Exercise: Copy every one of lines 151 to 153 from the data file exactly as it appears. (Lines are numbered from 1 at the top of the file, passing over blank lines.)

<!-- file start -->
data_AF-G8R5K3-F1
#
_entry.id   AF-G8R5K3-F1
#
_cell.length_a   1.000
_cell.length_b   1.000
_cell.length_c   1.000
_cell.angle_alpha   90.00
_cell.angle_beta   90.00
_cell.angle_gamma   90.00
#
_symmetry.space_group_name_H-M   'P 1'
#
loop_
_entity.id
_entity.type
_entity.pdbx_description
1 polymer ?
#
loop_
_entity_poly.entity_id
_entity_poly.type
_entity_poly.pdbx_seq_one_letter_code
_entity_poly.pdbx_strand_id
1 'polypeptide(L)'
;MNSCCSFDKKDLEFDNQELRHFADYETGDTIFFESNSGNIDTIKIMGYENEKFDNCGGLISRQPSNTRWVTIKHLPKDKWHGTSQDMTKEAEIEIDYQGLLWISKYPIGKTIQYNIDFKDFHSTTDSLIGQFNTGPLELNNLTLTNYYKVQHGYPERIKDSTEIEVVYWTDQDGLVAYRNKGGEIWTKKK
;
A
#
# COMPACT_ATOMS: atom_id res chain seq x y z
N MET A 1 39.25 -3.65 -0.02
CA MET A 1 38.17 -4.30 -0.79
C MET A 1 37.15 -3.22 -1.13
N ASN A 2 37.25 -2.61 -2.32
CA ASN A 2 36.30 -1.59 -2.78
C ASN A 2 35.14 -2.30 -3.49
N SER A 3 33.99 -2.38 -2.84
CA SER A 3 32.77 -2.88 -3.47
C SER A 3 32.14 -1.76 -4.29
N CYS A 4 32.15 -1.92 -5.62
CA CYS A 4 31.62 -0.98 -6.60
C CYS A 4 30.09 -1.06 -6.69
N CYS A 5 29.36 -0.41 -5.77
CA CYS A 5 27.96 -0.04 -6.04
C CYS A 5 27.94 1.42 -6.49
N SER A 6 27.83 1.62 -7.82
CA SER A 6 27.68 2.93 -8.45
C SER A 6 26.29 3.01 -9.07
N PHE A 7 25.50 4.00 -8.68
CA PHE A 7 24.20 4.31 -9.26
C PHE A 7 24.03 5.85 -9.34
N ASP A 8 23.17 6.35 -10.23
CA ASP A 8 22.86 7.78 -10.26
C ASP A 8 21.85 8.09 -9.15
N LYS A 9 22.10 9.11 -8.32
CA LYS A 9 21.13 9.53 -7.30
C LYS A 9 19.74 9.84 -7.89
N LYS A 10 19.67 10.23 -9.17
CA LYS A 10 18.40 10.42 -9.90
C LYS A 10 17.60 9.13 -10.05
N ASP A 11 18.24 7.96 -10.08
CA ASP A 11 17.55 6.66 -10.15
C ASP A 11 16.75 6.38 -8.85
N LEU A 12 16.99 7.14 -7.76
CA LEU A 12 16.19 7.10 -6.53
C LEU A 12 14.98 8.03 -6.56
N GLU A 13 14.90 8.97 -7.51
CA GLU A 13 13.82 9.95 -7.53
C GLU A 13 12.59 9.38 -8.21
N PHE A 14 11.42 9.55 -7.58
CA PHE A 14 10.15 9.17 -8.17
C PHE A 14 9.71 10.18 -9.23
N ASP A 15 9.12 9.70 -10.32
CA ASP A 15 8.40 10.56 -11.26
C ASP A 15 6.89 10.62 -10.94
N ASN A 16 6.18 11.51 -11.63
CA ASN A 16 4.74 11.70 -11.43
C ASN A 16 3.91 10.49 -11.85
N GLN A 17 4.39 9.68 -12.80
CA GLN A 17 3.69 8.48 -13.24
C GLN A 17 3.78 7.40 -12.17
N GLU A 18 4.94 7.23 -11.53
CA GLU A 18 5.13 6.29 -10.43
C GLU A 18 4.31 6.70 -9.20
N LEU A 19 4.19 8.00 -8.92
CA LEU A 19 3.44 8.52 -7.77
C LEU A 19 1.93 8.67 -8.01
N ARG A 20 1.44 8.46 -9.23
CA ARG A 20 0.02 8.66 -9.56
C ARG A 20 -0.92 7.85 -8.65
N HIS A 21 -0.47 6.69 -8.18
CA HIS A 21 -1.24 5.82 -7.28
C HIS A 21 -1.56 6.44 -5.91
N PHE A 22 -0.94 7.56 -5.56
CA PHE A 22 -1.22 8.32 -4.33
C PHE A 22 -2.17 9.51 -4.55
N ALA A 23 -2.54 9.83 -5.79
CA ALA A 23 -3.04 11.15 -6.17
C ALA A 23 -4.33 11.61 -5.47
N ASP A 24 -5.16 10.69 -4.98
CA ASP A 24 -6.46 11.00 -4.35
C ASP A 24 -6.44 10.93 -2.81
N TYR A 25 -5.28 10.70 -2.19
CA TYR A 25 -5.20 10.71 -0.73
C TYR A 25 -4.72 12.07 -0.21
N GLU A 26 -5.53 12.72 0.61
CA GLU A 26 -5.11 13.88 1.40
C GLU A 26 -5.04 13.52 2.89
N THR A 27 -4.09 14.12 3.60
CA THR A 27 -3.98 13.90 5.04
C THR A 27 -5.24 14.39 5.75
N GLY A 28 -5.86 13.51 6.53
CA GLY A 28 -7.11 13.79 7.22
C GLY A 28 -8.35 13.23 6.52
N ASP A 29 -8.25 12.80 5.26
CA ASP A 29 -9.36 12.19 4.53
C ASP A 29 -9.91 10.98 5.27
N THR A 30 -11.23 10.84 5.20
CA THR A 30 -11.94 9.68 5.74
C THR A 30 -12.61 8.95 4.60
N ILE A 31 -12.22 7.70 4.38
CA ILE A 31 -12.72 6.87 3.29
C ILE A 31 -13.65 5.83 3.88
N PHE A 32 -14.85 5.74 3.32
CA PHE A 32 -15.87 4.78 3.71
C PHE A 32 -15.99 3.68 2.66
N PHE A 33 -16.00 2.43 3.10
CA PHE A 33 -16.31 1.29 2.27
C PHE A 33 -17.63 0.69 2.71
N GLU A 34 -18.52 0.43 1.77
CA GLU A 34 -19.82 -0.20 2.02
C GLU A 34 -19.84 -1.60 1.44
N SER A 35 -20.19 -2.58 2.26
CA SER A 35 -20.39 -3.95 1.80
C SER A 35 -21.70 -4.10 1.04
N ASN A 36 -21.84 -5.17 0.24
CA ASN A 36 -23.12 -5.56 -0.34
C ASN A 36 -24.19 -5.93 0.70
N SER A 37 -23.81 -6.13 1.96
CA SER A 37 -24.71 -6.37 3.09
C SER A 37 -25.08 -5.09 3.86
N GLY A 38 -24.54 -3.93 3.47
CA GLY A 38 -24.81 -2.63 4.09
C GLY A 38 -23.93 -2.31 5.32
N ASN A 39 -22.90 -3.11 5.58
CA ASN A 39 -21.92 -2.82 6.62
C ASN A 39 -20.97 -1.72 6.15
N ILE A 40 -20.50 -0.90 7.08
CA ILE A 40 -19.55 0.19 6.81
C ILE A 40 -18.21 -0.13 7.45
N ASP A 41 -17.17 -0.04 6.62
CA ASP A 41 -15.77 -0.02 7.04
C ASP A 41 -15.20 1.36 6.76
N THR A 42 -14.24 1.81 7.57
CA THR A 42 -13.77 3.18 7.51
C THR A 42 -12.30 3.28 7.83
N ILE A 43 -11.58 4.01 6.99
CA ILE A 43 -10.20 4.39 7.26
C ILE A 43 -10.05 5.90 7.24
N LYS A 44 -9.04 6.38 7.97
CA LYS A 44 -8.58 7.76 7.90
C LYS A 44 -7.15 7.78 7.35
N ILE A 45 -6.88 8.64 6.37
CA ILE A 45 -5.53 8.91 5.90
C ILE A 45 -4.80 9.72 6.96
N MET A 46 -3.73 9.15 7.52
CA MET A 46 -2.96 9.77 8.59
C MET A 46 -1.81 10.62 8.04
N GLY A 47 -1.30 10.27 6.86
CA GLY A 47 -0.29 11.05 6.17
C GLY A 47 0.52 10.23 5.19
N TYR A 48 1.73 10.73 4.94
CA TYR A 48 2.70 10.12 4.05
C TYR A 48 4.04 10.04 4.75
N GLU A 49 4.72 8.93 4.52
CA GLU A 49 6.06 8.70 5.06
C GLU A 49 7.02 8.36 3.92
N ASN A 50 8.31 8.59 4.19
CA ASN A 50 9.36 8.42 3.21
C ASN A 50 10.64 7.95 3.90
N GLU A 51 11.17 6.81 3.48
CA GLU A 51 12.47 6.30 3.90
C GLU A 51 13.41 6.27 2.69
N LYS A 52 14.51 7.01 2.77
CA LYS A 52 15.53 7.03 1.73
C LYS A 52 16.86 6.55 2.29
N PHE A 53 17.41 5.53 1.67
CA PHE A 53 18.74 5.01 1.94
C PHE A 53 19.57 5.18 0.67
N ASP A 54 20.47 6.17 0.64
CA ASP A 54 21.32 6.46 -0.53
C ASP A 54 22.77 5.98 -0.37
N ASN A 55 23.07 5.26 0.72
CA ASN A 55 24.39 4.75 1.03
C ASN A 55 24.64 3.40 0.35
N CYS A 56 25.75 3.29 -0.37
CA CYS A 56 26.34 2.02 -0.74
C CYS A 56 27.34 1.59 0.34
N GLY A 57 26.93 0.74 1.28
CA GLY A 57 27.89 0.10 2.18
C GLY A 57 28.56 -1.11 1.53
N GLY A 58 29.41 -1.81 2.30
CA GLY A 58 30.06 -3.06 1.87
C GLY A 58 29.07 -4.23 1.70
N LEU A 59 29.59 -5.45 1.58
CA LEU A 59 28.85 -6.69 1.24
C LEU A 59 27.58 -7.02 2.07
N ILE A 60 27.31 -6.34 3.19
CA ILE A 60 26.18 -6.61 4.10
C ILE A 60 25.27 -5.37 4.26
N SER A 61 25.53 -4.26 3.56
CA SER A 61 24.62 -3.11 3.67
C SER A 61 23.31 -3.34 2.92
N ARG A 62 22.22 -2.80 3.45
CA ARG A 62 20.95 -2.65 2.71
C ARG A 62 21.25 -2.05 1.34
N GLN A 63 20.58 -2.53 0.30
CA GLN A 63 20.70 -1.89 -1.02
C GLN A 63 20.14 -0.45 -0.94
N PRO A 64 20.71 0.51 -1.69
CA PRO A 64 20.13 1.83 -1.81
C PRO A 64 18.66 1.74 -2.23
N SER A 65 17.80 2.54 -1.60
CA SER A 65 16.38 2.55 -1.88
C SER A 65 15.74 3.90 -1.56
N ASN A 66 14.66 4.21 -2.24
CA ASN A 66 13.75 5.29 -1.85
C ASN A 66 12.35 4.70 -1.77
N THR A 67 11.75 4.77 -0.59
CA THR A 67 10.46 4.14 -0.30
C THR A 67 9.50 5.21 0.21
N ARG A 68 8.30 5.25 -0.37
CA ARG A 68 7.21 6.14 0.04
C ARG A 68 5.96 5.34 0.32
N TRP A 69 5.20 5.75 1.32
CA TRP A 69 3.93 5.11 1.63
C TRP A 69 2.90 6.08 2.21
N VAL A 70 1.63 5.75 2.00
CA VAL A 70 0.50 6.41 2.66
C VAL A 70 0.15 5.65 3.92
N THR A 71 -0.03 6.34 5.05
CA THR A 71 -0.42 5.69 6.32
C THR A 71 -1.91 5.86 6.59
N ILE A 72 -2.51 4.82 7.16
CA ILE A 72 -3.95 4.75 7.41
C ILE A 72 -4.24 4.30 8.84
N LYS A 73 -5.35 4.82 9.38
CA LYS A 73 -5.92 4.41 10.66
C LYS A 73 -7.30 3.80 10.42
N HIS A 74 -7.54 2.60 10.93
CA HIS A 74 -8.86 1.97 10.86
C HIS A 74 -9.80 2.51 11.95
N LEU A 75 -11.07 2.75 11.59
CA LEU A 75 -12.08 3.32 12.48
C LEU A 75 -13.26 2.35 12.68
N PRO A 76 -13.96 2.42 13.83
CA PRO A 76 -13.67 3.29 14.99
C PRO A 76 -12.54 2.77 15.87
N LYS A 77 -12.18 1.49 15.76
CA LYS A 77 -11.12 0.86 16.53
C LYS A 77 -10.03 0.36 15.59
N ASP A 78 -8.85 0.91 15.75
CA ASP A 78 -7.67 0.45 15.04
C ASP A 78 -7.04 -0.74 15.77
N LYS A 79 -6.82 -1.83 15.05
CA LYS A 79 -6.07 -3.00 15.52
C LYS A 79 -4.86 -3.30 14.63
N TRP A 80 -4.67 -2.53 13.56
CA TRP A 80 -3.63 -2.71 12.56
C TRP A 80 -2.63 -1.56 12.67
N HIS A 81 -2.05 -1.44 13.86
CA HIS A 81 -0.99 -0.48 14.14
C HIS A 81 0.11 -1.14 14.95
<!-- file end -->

N ASP A 41 -17.17 -0.04 6.62
CA ASP A 41 -15.77 -0.02 7.04
C ASP A 41 -15.20 1.36 6.76